After being held without a touch in the USA penalty area for nearly the entire opening 45 minutes, the Dutch conjured a late flurry of offense but was unable to truly trouble Alyssa Naeher in the U.S. goal as the USWNT defense cleared away three Netherlands crosses into the box.

At halftime, veteran defender Ali Krieger entered the game for right back Kelley O’Hara who was withdrawn after suffering a knock in the final moments of the first half.

Krieger proved an assured deputy as the U.S. continued its dominance in the second half, finally finding the crucial breakthrough near the hour mark. A long ball over the Netherlands defense for Morgan resulted in Stefanie van der Gragt missing an attempt to clear the ball and instead kicking Morgan in the midsection with a high boot. French referee Stephanie Frappart consulted a replay after the Video Assistant Referee contacted her and duly awarded the U.S. a penalty kick.

After Veenendaal made the first move, Rapinoe sent the spot kick into the lower right side of the goal to give the USA the 1-0 lead and become the oldest player (34 years and two days) to score in a World Cup final, breaking Carli Lloyd’s record set in the 2015 edition of the tournament.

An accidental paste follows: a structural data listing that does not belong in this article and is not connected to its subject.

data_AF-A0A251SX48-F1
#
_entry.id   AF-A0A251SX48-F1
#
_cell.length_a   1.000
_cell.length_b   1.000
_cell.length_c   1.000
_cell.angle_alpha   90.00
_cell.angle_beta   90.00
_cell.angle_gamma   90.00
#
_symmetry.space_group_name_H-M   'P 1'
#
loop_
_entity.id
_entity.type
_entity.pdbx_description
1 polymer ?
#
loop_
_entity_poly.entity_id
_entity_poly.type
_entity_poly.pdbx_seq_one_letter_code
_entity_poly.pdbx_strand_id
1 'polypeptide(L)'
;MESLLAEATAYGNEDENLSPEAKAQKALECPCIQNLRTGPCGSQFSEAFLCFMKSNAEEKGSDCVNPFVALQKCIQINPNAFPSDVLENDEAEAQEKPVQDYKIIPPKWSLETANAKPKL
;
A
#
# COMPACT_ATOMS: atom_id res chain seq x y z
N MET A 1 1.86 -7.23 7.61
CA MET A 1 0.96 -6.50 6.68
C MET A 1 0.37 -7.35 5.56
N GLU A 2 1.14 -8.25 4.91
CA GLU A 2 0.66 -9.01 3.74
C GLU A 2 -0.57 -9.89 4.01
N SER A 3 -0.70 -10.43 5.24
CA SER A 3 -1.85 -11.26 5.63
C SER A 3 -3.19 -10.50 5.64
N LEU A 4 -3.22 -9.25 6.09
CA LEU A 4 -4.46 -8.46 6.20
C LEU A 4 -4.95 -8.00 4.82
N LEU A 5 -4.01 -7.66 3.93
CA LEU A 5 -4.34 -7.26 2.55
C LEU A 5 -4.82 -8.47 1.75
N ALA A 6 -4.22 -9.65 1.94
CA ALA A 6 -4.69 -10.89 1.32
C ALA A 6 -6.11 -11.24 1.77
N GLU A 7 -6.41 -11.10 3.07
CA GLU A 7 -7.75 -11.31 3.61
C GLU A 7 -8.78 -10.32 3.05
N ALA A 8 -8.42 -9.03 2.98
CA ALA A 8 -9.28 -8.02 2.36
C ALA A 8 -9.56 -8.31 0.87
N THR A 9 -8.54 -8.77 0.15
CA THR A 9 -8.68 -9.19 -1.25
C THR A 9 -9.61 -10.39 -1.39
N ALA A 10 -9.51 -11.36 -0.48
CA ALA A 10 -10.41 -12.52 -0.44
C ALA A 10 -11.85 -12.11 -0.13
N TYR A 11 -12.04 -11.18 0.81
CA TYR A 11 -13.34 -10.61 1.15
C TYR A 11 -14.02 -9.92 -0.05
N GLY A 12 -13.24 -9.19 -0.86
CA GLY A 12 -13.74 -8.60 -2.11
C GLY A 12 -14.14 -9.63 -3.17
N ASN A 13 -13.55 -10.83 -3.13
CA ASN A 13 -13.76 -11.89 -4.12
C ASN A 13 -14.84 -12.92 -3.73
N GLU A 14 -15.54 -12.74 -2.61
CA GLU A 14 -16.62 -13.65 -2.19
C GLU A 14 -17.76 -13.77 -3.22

Eight minutes later Lavelle gave the USA much-deserved breathing room with a fantastic strike into the lower right corner after carrying the ball from midfield to the edge of the Netherlands penalty area.

The 2-0 score line in favor of the U.S. forced the Netherlands forward, which opened up the game with the USA almost scoring several more goals on the counter-attack as Heath, Morgan and Dunn all drew impressive stops from Veenendaal over the final 20 minutes.

Naeher and the U.S. defense did their part at the other end, limiting the Netherlands to four second half shots, only one of which was on goal.

The USA’s historic World Cup title triumph that was celebrated by thousands of fans across France and the United States who attended matches and tuned into games in record numbers throughout the tournament comes 33 years and a continent away from the U.S. Women’s National Team first ever program win, a 2-0 result against Canada in Blaine, Minnesota on July 7, 1986.

Goal Scoring Rundown: 
USA – Megan Rapinoe (penalty kick), 61st minute: 
Ali Krieger’s attempted cross was deflected by a Dutch defender and arced into the Netherlands penalty area. Alex Morgan was first to the ball before taking a high boot from Stefanie van der Gragt in the right side of the box. After consulting with the VAR booth, referee Stephanie Frappart award the penalty kick. Rapinoe stepped to the spot for the third time in the tournament and coolly waited for Veenendaal to make the first move before dispatching the spot kick into the right side of the goal. USA 1, NED 0 [WATCH]